Sisi rallies tribes to support Egypt's intervention in Libya war

Egyptian President Abdel Fattah al-Sisi announced his country’s readiness to intervene militarily in Libya and train tribes there to fight militias allied with the Tripoli-based government. This has raised questions about the impact such a move would have on the battles in Libya.

al-monitor Supporters of Libyan military strongman Khalifa Hifter wave a national flag as they take part in a demonstration in the coastal city of Benghazi in eastern Libya against Turkish intervention in the country's affairs on Feb. 14, 2020. Photo by ABDULLAH DOMA/AFP via Getty Images.

Jul 9, 2020

CAIRO — The Libyan National Army (LNA), led by Field Marshal Khalifa Hifter, on June 28 sent military reinforcements from the 128th Infantry Battalion to the central Libyan region to repel any attempts by the Turkish-backed Government of National Accord (GNA) forces to advance toward the key city of Sirte and al-Jafra air base.

During an inspection tour of the Egyptian armed forces in the western military zone on June 20, Egyptian President Abdel Fattah al-Sisi had said that Egypt would not allow the Libyan pro-government forces to cross “Sirte and al-Jafra,” as these constitute a red line for Egypt’s national security. Sisi alluded to military intervention in Libya.

Sirte is located 1,000 kilometers (621 miles) from the Egyptian border, an equal distance between the capital city of Tripoli, which is controlled by the GNA, and Benghazi, which is controlled by the LNA.

Taking control of Sirte would pave the way for tightening the grip on Libya’s oil ports in the east. Al-Jafra, which is located in the center of the country, is one of the largest air bases and a major operations room for the Hifter-led forces. In other words, controlling these two would lead to controlling the Libyan east, and this poses a clear threat to Egypt’s western borders, according to military experts.

Sisi’s statements and declaration of intent to militarily intervene in Libya come following a series of defeats suffered by Hifter’s forces over the past weeks against the GNA and the Turkey-led armed militias, most recently in Tarhuna, Hifter’s last stronghold in the west of the country from which he withdrew in favor of the GNA forces on June 5. Earlier, the GNA had regained full control of Tripoli and its suburbs after Hifter's attempts to liberate it from the grip of the militias in a battle he launched in April 2019.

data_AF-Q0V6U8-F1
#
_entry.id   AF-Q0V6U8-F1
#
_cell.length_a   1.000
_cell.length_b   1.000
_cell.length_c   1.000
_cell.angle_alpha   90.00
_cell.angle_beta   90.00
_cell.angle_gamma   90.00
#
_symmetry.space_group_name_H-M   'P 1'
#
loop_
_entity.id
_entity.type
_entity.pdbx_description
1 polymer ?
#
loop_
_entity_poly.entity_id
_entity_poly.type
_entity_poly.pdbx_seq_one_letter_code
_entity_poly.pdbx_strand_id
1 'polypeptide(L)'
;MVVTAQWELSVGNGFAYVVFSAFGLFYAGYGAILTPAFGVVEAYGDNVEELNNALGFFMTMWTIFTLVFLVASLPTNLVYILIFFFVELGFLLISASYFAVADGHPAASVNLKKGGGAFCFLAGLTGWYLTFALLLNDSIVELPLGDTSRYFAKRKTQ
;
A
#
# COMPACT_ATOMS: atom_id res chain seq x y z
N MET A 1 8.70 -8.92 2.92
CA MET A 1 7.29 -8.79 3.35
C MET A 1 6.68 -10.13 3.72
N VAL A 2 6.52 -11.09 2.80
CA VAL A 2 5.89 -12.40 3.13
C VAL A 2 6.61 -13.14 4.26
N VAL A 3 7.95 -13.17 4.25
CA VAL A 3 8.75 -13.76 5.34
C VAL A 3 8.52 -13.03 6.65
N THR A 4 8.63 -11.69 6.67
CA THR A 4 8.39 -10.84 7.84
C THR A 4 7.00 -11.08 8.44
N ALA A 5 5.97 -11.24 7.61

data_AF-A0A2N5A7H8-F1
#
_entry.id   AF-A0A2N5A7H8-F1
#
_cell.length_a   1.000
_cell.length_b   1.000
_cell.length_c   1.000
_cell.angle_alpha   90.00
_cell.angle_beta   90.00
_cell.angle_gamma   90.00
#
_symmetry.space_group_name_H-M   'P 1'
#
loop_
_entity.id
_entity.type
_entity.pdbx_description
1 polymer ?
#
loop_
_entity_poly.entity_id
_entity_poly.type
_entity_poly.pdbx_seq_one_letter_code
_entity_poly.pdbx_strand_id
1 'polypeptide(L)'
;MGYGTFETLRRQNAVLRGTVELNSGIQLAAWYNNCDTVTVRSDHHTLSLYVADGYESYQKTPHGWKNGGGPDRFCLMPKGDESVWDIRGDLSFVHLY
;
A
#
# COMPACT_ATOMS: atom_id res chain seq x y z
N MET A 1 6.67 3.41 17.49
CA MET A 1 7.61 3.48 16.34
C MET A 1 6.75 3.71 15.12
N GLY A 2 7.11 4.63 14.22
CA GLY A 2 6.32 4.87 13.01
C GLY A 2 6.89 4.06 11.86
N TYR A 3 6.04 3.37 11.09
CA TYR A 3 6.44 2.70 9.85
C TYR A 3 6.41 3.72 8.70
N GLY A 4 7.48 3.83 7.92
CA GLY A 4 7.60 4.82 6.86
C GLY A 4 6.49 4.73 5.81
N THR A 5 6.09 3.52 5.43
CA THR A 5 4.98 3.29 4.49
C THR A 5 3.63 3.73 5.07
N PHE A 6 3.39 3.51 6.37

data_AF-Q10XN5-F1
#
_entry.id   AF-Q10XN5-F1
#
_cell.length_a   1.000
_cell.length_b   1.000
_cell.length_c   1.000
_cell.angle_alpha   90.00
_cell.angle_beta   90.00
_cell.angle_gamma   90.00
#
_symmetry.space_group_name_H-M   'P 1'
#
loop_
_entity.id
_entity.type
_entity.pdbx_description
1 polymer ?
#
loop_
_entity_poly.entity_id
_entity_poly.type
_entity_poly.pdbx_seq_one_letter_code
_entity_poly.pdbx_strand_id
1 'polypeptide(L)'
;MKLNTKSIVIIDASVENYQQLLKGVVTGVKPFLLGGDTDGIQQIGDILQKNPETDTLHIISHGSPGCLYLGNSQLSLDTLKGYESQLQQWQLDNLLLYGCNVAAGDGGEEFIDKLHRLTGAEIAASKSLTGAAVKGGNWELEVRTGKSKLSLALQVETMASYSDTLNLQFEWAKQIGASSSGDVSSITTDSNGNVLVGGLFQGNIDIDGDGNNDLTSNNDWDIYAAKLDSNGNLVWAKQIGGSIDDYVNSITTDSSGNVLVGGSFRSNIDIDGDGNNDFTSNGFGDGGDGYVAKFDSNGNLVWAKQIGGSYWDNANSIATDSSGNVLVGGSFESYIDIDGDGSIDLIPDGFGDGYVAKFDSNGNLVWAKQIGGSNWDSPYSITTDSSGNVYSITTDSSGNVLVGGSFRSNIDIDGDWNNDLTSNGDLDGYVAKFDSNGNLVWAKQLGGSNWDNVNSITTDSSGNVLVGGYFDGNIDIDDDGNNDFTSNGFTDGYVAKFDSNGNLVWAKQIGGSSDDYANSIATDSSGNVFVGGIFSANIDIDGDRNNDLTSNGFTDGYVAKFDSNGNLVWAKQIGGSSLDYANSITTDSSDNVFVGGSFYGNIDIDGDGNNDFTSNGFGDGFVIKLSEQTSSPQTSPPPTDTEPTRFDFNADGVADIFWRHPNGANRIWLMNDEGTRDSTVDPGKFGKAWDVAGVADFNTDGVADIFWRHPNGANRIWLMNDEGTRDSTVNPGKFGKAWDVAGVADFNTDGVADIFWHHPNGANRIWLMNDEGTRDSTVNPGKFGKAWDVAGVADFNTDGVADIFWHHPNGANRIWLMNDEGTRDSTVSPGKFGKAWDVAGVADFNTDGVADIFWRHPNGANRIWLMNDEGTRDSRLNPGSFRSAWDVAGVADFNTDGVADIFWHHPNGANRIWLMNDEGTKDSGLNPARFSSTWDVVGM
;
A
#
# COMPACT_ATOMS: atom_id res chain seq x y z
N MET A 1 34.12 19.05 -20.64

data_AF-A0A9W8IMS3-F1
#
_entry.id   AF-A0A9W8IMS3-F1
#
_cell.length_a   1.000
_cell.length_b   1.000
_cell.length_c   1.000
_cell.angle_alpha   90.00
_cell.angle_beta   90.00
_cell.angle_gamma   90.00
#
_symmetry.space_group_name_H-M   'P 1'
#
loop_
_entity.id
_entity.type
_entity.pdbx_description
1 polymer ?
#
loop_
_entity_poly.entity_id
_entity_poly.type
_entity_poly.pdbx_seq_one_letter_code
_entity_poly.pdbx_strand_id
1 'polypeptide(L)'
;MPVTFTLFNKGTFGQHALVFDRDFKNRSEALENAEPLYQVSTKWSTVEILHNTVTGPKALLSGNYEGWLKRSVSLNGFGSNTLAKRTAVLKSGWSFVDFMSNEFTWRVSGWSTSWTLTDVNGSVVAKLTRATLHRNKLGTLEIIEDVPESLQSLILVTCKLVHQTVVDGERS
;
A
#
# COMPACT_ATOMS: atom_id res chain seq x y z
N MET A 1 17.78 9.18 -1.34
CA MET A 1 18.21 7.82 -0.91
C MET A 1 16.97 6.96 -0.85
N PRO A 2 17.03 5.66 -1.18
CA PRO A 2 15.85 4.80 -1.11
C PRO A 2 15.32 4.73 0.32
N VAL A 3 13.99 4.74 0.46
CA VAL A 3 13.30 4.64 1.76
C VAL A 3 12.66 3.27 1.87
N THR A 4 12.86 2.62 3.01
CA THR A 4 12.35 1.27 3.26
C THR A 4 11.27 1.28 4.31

In his remarks at the western military zone, Sisi announced for the first time Egypt’s readiness to train and equip Libyan tribal youth to confront the Turkish-backed militias and stop any progress they might make. Sisi addressed the tribes: “If we ask the Egyptian forces to progress, they will do so spearheaded by tribal sheikhs. And when the matter is over, the Egyptian forces will come out in peace because we do not want anything but the security, stability and peace of Libya. And if the Libyan people moved through you (the tribes) and demanded us to intervene, it would be a signal to the world that Egypt and Libya are one country with common interests: security and stability.”

Sisi’s call to arm tribal youth was widely welcomed, and residents of Tobruk issued a statement on June 20: “We, the civil society institutions, sages, dignitaries, sheikhs and citizens of the city of Tobruk and Dar al-Salam, Libya, support President Sisi’s speech announcing his will to stand by Libya and the Libyan people against the Turkish invasion and aggression and the Syrian armed militias.” 

On Dec. 29, 2019, head of the Syrian Observatory for Human Rights Rami Abdul Rahman revealed that 300 Syrian fighters loyal to Turkey have been deployed to Libya to fight alongside GNA forces against Hifter’s army. Meanwhile, the LNA accused in a May 20 statement Syrian militias of killing Libyan civilians who were returning to their homes in Tripoli. 

In a statement issued on June 20, the Council of Sheikhs and notables of Tarhuna announced its full support for Sisi's speech, as it stressed that Egypt’s intervention in Libya is legitimate in accordance with the Treaty of Joint Defense and Economic Cooperation.